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NVIDIA Shows How To Build AI Models At Scale With PyTorch Lightning

NVIDIA Shows How To Build AI Models At Scale With PyTorch Lightning

  • PyTorch lightning software and developer environment is available on NGC Catalog
Nvidia Shows How To Build AI Models At Scale With PyTorch Lightning

Deploying predictive AI models across a business is no easy feat. The effectiveness of AI depends on the quality of the underlying models. Therefore, it becomes crucial for data scientists and academic researchers to quickly build models with various parameters and identify the most effective ones to deploy them easily and scale them seamlessly. 

Raw data is trained, evaluated, iterated, and retrained for highly accurate results and performant models.
AI model training process (Source: NVIDIA)

In its latest blog post, NVIDIA researchers showed how to build speech models with PyTorch Lighting on CPU-powered AWS instances (Grid). PyTorch Lightning is a lightweight PyTorch wrapper designed to make high performance AI research simple. It is an organised PyTorch, which allows users to train their models on CPU, GPUs, or multiple nodes without changing any code.  

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Grid, which runs on AWS, supports Lightning and classic machine learning frameworks such as TensorFlow, Keras, PyTorch, Sci-Kit, and others. It also helps users to scale the training of models from the NGC catalogue. NGC catalogue is a curated set of GPU-optimised containers for deep learning, visualisation, and high-performance computing (HPC). 

PyTorch lightning software and developer environment is available on NGC Catalog. Also, check out GitHub to get started with Grid, NGC, PyTorch Lightning here

Training AI Models 

For building speech models, NVIDIA researchers have used ASR, which transcribes spoken language to text. ASR is a critical component of speech-to-text systems. So, when training ASR models, the goal is to generate text from a given audio input that reduces the word error rate (WER) metric on human transcribed speech. The NGC catalogue contains SOTA pretrained models of ASR.

Further, they use Grid sessions, NVIDIA NeMo, and PyTorch Lightning to fine-tune these models on the AN4 dataset, aka Alphanumeric dataset. Collected and published by Carnegie Mellon University, the AN4 dataset consists of recordings of people spelling out addresses, names, phone numbers, etc. 

Here are the key steps to follow when building speech models: 

  • Create a Grid session optimised for Lightning and pretrained NGC models 
  • Clone the ASR demo repo and open the tutorial notebook 
  • Install NeMo ASR dependencies 
  • Convert and visualise the AN4 dataset (Spectrograms and Mel spectrograms)
  • Load and inference a pre-trained QuartzNet model from NGC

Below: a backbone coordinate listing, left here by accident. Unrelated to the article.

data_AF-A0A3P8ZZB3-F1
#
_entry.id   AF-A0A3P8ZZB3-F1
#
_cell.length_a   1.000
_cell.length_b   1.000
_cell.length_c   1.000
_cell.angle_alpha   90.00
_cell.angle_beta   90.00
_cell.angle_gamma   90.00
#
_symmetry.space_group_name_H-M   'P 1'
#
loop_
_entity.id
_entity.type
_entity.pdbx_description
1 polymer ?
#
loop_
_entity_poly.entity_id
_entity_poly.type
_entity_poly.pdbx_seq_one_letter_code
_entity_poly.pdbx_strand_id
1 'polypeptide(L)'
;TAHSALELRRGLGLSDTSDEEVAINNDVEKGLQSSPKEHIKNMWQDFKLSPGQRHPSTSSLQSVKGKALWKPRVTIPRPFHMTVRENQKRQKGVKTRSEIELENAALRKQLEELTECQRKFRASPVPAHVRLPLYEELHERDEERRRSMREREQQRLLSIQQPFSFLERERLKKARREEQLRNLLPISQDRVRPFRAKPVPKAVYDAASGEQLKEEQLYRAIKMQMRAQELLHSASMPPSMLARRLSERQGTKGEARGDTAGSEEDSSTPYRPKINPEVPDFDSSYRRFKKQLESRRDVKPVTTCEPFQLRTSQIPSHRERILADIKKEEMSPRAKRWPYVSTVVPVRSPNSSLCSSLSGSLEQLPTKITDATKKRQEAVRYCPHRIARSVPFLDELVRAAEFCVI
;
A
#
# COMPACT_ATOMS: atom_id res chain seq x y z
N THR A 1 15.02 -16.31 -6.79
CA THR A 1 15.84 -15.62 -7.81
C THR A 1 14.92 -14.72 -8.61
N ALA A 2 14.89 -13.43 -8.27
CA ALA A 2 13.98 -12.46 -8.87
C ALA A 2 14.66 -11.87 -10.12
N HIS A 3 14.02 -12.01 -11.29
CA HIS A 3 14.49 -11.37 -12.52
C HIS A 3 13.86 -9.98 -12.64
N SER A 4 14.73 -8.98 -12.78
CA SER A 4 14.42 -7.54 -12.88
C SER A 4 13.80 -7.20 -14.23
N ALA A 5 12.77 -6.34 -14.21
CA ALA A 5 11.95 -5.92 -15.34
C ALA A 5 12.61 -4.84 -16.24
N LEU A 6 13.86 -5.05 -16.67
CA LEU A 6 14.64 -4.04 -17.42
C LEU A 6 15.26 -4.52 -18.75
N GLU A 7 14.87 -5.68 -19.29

• Fine-tune model with Lightning 
  • Inference and deployment 
  • Pause session 

Create a Grid Session  

Users can run Grid sessions on the same hardware they need to scale while providing them with pre-configured environments to iterate the ML process faster. Here, sessions are linked to GitHub, loaded with ‘JupyterHub,’ and can be accessed through SSH and IDE without installing. 

Check out the Grid Session tour here. (requires Grid.ai account) 

Clone ASR demo repo & open tutorial notebook 

Once you have a developer environment optimised for PyTorch Lightning, the next step is to clone the NGC-Lightning-Grid-Workshop repo. After this, the user can open up the notebook to fine-tune the NGC hosted model with NeMo and PyTorch Lightning. 

Install NeMo ASR dependencies 

Install all the session dependencies by running tools like PyTorch Lightning and NeMo, and process the AN4 dataset. Then, run the first cell in the tutorial notebook, which runs the following bash commands to install the dependencies.

Convert and Visualise the AN4 Dataset 

The AN4 dataset contains raw Sof audio files. Convert them to the Wav format so that you can use NeMo audio processing. 

Once processed, you can then visualise the audio example as images of the audio waveform. The below image shows the activity in the waveform that corresponds to each letter in the audio. Each spoken letter has a different “shape.” Interestingly, the last two blobs look relatively similar because they are both the letter N.

Example of five letters in audio wave form.
The audio waveform of the sample example (Source: NVIDIA)

Load and Infer Pretrained Model 

After you have understood the AN4 datasets, the next step is to use NGC to lead an ASR model to fine-tune with PyTorch Lightning. This model comes with many building blocks and even complete models that you can use for training and evaluation. 

See Also

To model the data, the researchers have used a Jasper architecture called QuartzNet. The image below shows that Jasper architecture consists of a repeated block structure that uses 1D convolutions to model spectrogram data. 

QuartzNet is a better variant of Jasper as it uses time-channel separable 1D convolutions. As a result, it helps in reducing the number of weights dramatically while keeping similar accuracy.

Jasper architecture (Source: NVIDIA)  

Fine-tune the Model with Lightning 

Once you have a model, you can fine-tune it with PyTorch Lightning. Some of the key advantages include checkpointing and logging by default. Also, you can use 50+ best-practices tactics without needing to modify the model code, including multi-GPU training, model sharding, quantisation-aware training, deep speed, early stopping, mixed precision, gradient clipping, profiling, etc. 

Inference and deployment 

Once you have a baseline model, the next step is to inference it. 

Pause Session 

Once you have trained the model, you can pause the session, and all the files you need are required. 

Check out all the source codes related to PyTorch Lightning, NGC, and Grid on NVIDIA’s blog

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